Late diagnosis is a very important concern about HIV in Asia and the Pacific. In 2016, approximately 1.47 millionpeople living with HIV did not know their status. HIV testing is one of the fundamental points in the region that should be considered as one of the top priorities in these societies. However, stigma and discrimination still exist as one of the barriers toward individuals accessing testing service. Fortunately, HIV testing and counselling services has developed by UNAIDS and the WHO across in the region. In 2017, 2.7 million people living with HIV in the region were under HIV treatment and the viral load in 45% of patients were suppressed.
Different countries in Asia and Pacific have progressed in the aspect of HIV treatment. However, HIV services and treatment still need to be expanded for meeting the 90-90-90 target by 2020. This means diagnosing 980,000 new cases and starting antiretroviral treatment for an additional 1.7 million people in the next five years. Some countries like Pakistan still have problem to provide antiretroviral treatment. In 2016, only 5.9% of people living with this disease in Pakistan received treatment. Also, Asia and Pacific have succeeded in reducing new HIV infection with estimated 13% decrease during 2010-2016. Regarding the HIV prevention, the prevention of mother to child transmission has significantly scaled-up in these areas. A decline of 30% of new infection among children was observed during 2009-2015 in the region.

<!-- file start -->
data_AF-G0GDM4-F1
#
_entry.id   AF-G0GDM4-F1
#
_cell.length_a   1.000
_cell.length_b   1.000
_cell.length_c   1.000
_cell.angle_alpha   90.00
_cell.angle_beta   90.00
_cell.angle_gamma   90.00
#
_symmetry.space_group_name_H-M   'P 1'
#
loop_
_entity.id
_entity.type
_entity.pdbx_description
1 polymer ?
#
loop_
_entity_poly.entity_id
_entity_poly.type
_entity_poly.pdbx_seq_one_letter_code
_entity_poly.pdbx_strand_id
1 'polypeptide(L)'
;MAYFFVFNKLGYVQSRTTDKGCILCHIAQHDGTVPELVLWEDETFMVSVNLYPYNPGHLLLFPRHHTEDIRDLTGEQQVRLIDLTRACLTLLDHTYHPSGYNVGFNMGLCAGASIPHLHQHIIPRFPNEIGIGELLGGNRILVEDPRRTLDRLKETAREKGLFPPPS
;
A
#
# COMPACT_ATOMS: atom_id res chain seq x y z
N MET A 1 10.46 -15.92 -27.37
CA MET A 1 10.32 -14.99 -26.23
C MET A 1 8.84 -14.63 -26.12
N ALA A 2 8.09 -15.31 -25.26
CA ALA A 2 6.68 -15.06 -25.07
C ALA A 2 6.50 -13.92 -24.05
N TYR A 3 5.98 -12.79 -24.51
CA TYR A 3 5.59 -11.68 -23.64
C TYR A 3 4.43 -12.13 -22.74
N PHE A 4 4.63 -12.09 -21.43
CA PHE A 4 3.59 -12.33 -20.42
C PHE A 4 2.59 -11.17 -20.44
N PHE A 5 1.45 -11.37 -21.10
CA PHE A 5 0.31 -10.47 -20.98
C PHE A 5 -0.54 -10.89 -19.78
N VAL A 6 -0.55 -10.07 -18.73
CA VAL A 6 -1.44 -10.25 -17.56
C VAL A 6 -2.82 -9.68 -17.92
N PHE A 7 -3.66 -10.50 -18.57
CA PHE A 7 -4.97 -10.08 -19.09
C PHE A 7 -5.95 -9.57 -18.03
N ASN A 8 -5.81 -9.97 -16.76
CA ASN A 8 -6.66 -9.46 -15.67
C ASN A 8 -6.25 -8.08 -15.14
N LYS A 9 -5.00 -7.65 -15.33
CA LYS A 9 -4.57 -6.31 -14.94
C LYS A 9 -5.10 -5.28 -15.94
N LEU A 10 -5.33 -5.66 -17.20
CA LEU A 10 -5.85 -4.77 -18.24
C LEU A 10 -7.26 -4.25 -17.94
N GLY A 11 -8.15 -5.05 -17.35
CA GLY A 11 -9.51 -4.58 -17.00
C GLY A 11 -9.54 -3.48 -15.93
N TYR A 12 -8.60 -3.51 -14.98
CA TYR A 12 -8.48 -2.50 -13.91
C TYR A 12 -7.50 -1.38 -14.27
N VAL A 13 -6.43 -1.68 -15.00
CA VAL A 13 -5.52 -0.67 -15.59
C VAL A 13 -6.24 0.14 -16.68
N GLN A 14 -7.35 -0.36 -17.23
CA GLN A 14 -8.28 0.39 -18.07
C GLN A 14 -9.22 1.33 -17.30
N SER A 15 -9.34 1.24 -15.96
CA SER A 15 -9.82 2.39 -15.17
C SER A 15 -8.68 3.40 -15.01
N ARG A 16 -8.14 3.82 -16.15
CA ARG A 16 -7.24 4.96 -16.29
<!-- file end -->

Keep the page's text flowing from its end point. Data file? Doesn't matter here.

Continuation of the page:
1-UNAIDS ,2017,Data Book.
2-UNAIDS ,2017, Ending AIDS: Progress towards 90-90-90 targets.
3-UNAIDS ,2017, Regional factsheets in Asia and Pacific 2017.
4-WHO ,2013,Improving access to HIV testing and counselling for key populations.